Antony seizes chance as Erik ten Hag recaptures Manchester United’s spirit
If nothing else, Wout Weghorst can always say he turned a game against Barcelona. Admittedly, he turned it by going off rather than by anything he did on the pitch. Manchester United, outclassed with the giant Dutchman on the pitch, were galvanised and equalised two minutes after his departure. His replacement, Antony, scored the goal to beat Barcelona.
It was not quite all down to Weghorst. United already had ample evidence of Erik ten Hag’s gifts as a game-changer before a reshuffle and a replacement proved catalytic. After all, they have the most goals from substitutes in the Premier League this season. They may have had less proof of Antony’s ability to exert such an impact. After early goals against Arsenal and Manchester City, there was a growing suspicion that the £86 million man did not even rank in their strongest side. Bruno Fernandes had done such a compelling impression of a right winger of late that he looked Ten Hag’s best option. The jury may remain out on Antony: the flair player on the right the United fans sang about was George Best, not him.
And yet a game of two halves was a tale of two right wingers. Fernandes spurned a golden chance to give United a second-minute lead and needlessly conceded a penalty. Restored to his favourite role as a No. 10, he had an assist inside two minutes. Antony lent urgency and directness in a way he has not always done. He had scored in style on his debut. A shot guided past Marc-Andre ter Stegen, though, was the defining moment of his United career to date. The nature of their games against Barcelona dictates as much; it is the enormity of the occasion, the magnitude of the victory. Mark Hughes scored 163 goals for United but few are remembered as fondly as the brace in Rotterdam in 1991; Paul Scholes got 155 and the most famous remains the thunderbolt against Barca. United have not had many match-winners against Barcelona and their ranks now include Antony.
The price has made him Ten Hag’s most questionable signing; he cost 1.7 Robert Lewandowskis – even if rather less in wages – and it was a reason why they had to turn to a compromise choice, in Weghorst, in January. Yet Ten Hag seems to possess the kind of alchemy to have a transformative effect. United can say they have knocked Barcelona out of Europe after starting with Weghorst as a No. 10 in the Nou Camp and a No. 9 at Old Trafford. They did so, too, with an improbable hero.
For 45 minutes, there was a chastening comparison; the central midfielder Ten Hag wished he had versus the one he does have. There was Frenkie de Jong, so slick and intuitive in possession, such a natural with the ball with his feet, enabling Barcelona to dictate with effortless ease. And then there was Fred, running around enthusiastically to no effect whatsoever. It was craft against graft.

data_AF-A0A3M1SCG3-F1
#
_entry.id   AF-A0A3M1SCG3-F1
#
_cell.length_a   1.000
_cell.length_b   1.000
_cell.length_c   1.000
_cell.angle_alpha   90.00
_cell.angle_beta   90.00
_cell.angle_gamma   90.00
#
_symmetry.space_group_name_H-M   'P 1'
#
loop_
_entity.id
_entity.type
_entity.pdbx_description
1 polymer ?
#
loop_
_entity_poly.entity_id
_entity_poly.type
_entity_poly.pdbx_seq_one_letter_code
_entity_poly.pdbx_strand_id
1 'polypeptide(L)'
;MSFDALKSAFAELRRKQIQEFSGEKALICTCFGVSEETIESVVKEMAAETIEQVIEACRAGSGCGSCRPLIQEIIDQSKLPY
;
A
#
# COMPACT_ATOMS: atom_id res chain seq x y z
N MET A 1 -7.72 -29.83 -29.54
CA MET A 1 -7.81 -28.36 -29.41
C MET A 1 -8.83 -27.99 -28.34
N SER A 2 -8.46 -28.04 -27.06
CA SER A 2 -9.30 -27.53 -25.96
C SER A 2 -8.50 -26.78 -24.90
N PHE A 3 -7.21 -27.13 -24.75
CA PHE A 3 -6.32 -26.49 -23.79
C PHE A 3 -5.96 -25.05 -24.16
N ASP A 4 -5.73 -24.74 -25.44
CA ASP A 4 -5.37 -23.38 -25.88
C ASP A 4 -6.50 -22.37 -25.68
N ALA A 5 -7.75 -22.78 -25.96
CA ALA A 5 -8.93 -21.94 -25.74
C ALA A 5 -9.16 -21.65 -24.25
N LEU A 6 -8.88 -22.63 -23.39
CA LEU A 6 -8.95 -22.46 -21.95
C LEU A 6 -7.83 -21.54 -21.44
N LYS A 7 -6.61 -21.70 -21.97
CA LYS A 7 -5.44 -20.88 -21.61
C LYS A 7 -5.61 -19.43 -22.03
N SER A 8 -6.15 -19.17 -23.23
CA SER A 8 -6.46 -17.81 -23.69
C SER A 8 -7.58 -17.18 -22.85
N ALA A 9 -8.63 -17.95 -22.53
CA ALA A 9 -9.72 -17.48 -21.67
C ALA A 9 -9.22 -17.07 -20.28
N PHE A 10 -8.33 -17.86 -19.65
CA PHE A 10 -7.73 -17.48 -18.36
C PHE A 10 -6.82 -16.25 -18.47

And then, barely a minute into the second half, graft had its moment. Fred lashed in a shot; perhaps he shinned it in, but the effort he put in sent it past Ter Stegen. It rendered him the first player to score for United against Barcelona against Old Trafford since Scholes in the 2008 Champions League semi-final. Scholes was an altogether more iconic midfielder. Xavi deemed him the best he had seen in 15 or 20 years. Which, while he praised Fred in an interview this week, is not something that could be said of the second finest Brazilian in this United midfield.
But part of Ten Hag’s prowess has been to harness Fred’s quixotic qualities. Fred was terrific against Tottenham, magnificent as a man-marker against Manchester City. And, in between, he has sometimes been hapless. Consistency is not part of his make-up but the last month has brought him three goals and three assists. He has an irrepressible, exuberant streak which can serve him well. He looked utterly undaunted by facing better footballers.
With Fred, without De Jong, the target who eluded him, or Christian Eriksen, the playmaker who is sidelined, United had less of the ball. Their passers are Casemiro and Fernandes, who invariably try to open up defences. There was scant subtlety from the Portuguese when he booted the ball into the grounded De Jong, earning a booking. It scarcely looked a persuasive case to get the Dutchman to join him at Old Trafford.
But it came in a second half of a frenzied atmosphere. United had drive and determination, pace and power. They recaptured the never-say-die spirit the watching Sir Alex Ferguson would recognise from his own teams. They have the relentlessness of a side still powering on in four competitions and, with Barca gone, are surely the favourites for the Europa League. But, if Brazilians have got the better of Barcelona before, they may have been more fashionable figures than Fred and Antony.